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Pay-Per-Call Scams Ring Up Big Bills for Consumers

A Baltimore consumer received a call on his beeper at 1 a.m. The return number was a 976 extension. He immediately called back, not knowing that 976 extensions in Maryland are pay-per- call numbers, much like 900-numbers. He reached a chat line and quickly hung up.

A Cumberland woman answered a newspaper ad offering an opportunity to work from her home. She called the number listed in the ad, then called another number as directed. She did not get a job as the result of her efforts, but she received nearly $50 in phone charges. She had unknowingly called a pay-per-call number in the Dominican Republic.

A recent spate of pay-per-call scams has left unsuspecting consumers holding big phone bills. The cases above are complaints actually received by the Consumer Protection Division within the last few months. In addition, warnings have surfaced on Internet Bulletin Boards and in other places of similar scams.

In bulletin board messages and e-mail, many consumers said they had received answering machine messages urging them to call an 809-number to receive information about a relative who was ill, claim a prize or straighten out an urgent credit problem before their account was sent to a collection agency. In each case, the information was false but the calls resulted in expensive phone bills from the Caribbean number. Calls to this area code are billed at a higher rate than a regular international call.

Recently, even more area codes have been added for the Caribbean. At this time, there are 19 such area codes.

Pay-Per-Call Numbers

In the United States, 900-number calls must contain a preamble at the beginning unless the call has a flat rate of $2 or less. The preamble must clearly disclose the cost of the call, give the information provider's name and describe the service. To avoid being charged, you may hang up within three seconds after the signal or tone indicating the end of the preamble. Local phone companies must offer one-time free blocking of 900 services where technically possible.

In Maryland, local pay-per-call numbers (976 and 915) must include the same preamble and hang-up options as 900-numbers.

And while consumers generally assume that calls to 800 numbers and the new 888 area codes are toll-free, charges are occasionally connected to these numbers. Sometimes consumers call an 800 or 888-number only to be directed to a different number that is not toll-free. In addition, charges can sometimes be incurred for calls to these otherwise toll-free numbers. Companies that provide audio entertainment or information services are permitted to charge for calls to toll-free numbers, but they must follow the FTC's 900-number rule and inform you of the charge before you incur it.

There are currently no such protections on pay-per-call numbers outside of the United States, although Maryland and many other state attorneys general have asked the Federal Trade Commission to toughen its regulations in this area to end the new pay-per-call scams.

What You Can Do

Before you return a phone call, be sure you know where the area code is located. To find out, check your phone book, your local telephone company, or, on the Internet, http://www.bellcore.com/NANP/codes.html lists area codes and their locations.

Listen closely to what is being said at the beginning of a call to see if you are being told that you will be billed.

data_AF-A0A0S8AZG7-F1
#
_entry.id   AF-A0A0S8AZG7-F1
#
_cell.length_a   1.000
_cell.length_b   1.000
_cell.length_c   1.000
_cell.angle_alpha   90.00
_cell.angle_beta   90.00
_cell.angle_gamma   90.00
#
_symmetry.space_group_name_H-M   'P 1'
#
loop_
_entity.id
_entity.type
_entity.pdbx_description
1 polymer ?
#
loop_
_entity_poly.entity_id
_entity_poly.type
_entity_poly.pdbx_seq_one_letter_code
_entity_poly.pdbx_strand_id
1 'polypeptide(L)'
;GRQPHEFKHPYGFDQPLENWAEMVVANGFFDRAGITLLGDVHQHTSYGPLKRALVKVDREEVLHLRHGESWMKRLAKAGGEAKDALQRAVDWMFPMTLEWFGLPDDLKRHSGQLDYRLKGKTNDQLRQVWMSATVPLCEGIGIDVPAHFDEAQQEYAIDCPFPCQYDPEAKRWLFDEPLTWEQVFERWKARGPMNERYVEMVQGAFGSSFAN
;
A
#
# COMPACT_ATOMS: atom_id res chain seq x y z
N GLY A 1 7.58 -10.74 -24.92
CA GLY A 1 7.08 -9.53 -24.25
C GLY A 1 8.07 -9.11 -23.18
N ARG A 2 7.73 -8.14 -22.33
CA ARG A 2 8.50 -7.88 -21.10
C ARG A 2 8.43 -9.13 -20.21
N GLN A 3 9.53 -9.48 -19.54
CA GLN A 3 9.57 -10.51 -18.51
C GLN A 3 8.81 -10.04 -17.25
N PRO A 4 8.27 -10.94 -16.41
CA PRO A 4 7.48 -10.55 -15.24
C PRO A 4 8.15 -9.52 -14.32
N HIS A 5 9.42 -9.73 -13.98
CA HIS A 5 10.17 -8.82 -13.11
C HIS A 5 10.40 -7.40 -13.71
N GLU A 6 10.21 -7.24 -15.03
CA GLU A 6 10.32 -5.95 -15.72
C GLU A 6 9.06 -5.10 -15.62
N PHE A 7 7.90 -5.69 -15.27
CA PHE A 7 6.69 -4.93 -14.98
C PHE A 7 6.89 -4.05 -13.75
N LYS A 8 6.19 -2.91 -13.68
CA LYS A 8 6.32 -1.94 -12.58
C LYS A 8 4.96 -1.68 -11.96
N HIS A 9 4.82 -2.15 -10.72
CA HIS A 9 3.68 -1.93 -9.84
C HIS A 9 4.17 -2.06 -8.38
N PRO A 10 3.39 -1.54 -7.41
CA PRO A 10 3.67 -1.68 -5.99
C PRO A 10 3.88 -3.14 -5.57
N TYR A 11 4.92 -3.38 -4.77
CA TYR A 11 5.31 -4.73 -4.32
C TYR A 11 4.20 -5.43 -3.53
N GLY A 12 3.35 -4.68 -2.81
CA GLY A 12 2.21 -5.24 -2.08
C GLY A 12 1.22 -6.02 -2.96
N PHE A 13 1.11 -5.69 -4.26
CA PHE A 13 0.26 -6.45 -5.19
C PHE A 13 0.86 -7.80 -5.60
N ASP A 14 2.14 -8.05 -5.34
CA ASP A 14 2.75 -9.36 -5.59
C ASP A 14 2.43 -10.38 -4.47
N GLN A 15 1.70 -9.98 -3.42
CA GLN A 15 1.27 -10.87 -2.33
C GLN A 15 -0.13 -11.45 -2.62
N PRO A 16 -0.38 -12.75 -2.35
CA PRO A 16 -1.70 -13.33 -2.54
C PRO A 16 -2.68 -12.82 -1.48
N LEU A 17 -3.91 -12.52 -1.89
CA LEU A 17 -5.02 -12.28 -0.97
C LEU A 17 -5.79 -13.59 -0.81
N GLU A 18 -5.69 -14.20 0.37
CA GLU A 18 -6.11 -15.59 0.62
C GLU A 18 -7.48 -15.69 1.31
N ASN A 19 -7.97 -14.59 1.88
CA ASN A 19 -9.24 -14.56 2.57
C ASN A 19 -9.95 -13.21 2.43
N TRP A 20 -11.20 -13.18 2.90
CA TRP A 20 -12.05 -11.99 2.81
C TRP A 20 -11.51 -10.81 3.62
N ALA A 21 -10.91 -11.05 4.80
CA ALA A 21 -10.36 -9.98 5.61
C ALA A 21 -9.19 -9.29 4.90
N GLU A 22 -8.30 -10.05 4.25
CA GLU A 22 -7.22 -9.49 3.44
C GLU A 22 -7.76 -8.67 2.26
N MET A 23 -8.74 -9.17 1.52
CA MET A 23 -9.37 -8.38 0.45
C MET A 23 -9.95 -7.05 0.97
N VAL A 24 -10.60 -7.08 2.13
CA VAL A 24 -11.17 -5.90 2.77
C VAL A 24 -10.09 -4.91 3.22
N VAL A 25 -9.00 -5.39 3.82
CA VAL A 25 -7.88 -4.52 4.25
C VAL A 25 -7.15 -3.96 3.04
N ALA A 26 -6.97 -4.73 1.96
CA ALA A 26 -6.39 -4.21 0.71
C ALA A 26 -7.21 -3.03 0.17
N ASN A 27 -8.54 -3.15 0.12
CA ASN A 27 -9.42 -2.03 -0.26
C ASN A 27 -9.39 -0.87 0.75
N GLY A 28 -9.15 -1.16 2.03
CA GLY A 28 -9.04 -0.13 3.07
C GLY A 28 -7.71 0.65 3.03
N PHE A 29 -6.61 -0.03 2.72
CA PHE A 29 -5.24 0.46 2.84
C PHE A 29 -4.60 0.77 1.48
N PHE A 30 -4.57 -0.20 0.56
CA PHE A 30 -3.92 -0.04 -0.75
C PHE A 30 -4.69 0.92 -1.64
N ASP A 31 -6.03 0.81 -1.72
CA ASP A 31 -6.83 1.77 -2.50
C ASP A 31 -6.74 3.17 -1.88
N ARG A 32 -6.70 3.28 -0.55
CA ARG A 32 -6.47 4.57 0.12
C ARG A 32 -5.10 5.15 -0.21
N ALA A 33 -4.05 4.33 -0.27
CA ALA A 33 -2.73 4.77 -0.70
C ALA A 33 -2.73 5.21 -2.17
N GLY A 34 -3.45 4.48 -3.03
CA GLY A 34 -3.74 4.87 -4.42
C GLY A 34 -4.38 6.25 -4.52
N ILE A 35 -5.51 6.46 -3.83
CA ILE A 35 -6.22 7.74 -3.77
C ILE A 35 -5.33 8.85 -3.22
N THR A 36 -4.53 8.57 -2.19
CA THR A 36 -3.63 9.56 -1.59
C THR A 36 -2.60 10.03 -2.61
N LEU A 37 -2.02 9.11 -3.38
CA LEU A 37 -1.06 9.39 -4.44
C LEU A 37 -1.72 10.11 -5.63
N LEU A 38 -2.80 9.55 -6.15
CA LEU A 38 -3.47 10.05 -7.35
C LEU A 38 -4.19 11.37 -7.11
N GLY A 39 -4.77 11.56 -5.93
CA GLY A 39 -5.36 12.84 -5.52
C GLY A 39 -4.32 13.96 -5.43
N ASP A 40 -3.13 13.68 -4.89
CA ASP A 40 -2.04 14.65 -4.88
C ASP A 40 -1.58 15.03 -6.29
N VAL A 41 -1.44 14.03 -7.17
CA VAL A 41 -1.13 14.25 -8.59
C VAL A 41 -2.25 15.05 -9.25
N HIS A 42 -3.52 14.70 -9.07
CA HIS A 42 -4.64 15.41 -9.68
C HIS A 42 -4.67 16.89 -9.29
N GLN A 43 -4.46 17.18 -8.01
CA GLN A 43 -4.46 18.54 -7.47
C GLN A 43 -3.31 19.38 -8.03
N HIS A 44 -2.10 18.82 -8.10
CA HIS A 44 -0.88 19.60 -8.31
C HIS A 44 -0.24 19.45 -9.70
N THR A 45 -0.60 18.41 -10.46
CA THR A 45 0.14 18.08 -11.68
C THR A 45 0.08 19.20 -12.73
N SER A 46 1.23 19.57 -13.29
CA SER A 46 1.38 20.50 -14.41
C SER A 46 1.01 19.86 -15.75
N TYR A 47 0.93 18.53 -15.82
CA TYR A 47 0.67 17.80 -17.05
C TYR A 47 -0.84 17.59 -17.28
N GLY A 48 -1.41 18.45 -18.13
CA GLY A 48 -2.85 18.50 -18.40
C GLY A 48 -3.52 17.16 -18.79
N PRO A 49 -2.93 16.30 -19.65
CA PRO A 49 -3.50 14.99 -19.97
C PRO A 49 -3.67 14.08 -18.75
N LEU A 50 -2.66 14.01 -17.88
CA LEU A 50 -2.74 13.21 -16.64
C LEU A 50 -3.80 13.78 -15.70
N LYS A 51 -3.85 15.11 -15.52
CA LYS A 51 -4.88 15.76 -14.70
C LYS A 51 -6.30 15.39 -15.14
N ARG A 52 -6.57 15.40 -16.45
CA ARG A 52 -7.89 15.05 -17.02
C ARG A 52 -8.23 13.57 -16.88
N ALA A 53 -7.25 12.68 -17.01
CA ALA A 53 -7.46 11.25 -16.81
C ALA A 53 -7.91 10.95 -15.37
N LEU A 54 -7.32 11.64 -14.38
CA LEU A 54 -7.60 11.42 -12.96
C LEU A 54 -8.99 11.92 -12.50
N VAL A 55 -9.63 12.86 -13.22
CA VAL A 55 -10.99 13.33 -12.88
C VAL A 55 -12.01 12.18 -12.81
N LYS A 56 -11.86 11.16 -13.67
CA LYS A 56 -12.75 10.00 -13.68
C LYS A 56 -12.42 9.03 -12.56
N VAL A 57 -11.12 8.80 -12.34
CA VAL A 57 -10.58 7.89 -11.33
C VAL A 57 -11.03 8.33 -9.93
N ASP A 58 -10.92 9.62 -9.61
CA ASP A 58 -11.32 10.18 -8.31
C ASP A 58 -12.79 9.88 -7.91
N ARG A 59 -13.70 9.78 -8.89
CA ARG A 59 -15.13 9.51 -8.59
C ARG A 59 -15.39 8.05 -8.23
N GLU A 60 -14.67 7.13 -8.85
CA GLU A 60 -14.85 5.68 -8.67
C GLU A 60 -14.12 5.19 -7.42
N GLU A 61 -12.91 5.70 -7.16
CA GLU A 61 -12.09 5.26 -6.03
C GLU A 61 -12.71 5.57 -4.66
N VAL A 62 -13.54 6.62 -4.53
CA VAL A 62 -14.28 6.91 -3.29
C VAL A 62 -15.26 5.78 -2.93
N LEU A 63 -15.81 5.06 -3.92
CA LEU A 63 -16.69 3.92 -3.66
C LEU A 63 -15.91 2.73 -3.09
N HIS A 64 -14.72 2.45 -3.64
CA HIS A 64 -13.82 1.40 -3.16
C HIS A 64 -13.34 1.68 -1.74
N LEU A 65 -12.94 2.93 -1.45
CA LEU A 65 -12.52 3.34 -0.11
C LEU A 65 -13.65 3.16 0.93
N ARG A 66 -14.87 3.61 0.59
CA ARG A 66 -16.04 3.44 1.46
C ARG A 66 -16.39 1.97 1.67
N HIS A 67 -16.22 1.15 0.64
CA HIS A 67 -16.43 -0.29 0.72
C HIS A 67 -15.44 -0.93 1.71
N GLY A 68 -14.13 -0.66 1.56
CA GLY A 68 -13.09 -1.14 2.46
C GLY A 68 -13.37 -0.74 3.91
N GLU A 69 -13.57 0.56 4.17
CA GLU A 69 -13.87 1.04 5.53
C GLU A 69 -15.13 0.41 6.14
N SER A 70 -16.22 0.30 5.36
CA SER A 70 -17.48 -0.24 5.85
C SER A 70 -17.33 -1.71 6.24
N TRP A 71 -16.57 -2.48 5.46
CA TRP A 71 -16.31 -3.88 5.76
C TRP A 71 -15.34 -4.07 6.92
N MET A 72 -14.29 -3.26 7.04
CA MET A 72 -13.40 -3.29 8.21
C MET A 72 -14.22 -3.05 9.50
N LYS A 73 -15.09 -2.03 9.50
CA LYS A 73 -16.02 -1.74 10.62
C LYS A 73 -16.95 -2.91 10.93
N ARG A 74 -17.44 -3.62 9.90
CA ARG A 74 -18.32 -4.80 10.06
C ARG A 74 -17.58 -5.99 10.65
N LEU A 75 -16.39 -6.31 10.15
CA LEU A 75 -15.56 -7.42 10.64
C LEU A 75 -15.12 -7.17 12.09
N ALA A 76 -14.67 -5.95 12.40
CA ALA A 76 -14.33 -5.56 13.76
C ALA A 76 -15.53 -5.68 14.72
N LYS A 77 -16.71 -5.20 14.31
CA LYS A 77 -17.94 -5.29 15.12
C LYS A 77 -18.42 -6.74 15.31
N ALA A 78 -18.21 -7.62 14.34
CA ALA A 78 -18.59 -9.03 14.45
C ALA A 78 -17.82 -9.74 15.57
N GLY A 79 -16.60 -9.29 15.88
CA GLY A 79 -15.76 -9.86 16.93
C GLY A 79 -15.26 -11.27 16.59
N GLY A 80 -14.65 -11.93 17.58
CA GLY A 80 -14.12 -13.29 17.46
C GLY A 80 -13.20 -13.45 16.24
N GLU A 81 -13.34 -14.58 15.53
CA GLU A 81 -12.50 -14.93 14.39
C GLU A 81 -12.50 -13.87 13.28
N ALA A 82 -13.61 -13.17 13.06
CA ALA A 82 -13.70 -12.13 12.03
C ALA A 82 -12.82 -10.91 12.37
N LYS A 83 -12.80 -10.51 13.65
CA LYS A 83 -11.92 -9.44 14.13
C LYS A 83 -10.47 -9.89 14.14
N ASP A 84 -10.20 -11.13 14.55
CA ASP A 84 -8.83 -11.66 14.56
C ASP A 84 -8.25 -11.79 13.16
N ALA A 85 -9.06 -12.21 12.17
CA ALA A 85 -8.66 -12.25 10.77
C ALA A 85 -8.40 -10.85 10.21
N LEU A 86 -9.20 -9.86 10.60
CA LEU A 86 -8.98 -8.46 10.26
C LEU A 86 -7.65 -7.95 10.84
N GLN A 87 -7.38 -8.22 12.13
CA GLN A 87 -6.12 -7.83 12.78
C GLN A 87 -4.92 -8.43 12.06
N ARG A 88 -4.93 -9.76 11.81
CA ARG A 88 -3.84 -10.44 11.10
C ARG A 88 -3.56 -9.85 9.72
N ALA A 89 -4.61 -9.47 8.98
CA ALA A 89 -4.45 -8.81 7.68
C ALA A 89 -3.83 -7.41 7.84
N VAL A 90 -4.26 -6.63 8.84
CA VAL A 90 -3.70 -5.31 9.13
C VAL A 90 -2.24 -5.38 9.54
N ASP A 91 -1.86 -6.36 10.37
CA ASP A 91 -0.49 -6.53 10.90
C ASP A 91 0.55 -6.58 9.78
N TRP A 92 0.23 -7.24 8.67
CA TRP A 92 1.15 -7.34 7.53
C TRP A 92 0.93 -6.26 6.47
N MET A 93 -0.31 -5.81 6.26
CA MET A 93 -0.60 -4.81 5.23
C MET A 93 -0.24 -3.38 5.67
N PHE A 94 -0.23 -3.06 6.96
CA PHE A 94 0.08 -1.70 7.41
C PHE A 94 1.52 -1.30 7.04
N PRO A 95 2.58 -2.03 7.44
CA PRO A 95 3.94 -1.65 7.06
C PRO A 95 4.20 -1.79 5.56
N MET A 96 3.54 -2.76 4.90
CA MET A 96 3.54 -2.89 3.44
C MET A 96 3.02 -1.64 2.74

If you find you have been the victim of a pay-per-call scam, call your local telephone company immediately to find out how to dispute the charge. You can ask the phone company to delete the charge, but they are not obligated to do so. You can also file a complaint with the Consumer Protection Division.


Never-Ending Contract

An Owings Mills consumer signed a one-year cellular phone contract. About a week before the contract expired, the consumer notified the company in writing that he did not want to renew the contract. He was billed a $150 cancellation fee. It turns out his contract contained an automatic renewal clause that said he had to notify the company one month prior to the end of the contract if he did not want to renew.

Many companies now offer discounted cellular phones and beepers in return for long-term service contracts. You might not have to pay for the phone, but in return you must sign a one-year contract for service with the company that is giving you the phone.

If you shop around for monthly service prices, you might find you are better off buying the phone and signing with a company that offers a shorter contract or service that costs less each month. In some cases, the monthly phone fee you'll pay with your "free" phone is so high that you end up paying more than if you had bought the phone outright.

In most cases, the lower the monthly fee, the longer the contract term. Before you sign up for a year of service, be sure you will be getting the amount of service you need. If you sign up for unlimited service but only make 3 calls a month, you might end up paying more than you have to.

Before you sign a service contract, carefully read all of the terms. Be sure you understand your cancellation rights and restrictions. With many cellular service contracts, you owe the full amount of the contract even if you cancel before it ends. Some allow you to cancel early but charge a fee for doing so.

May/June 1997

Maryland Attorney General's Consumer Protection Division
Consumer hotline: (410) 528-8662 or 1 (888) 743-0023 toll-free

 
 

Attorney General of Maryland 1 (888) 743-0023 toll-free / TDD: (410) 576-6372
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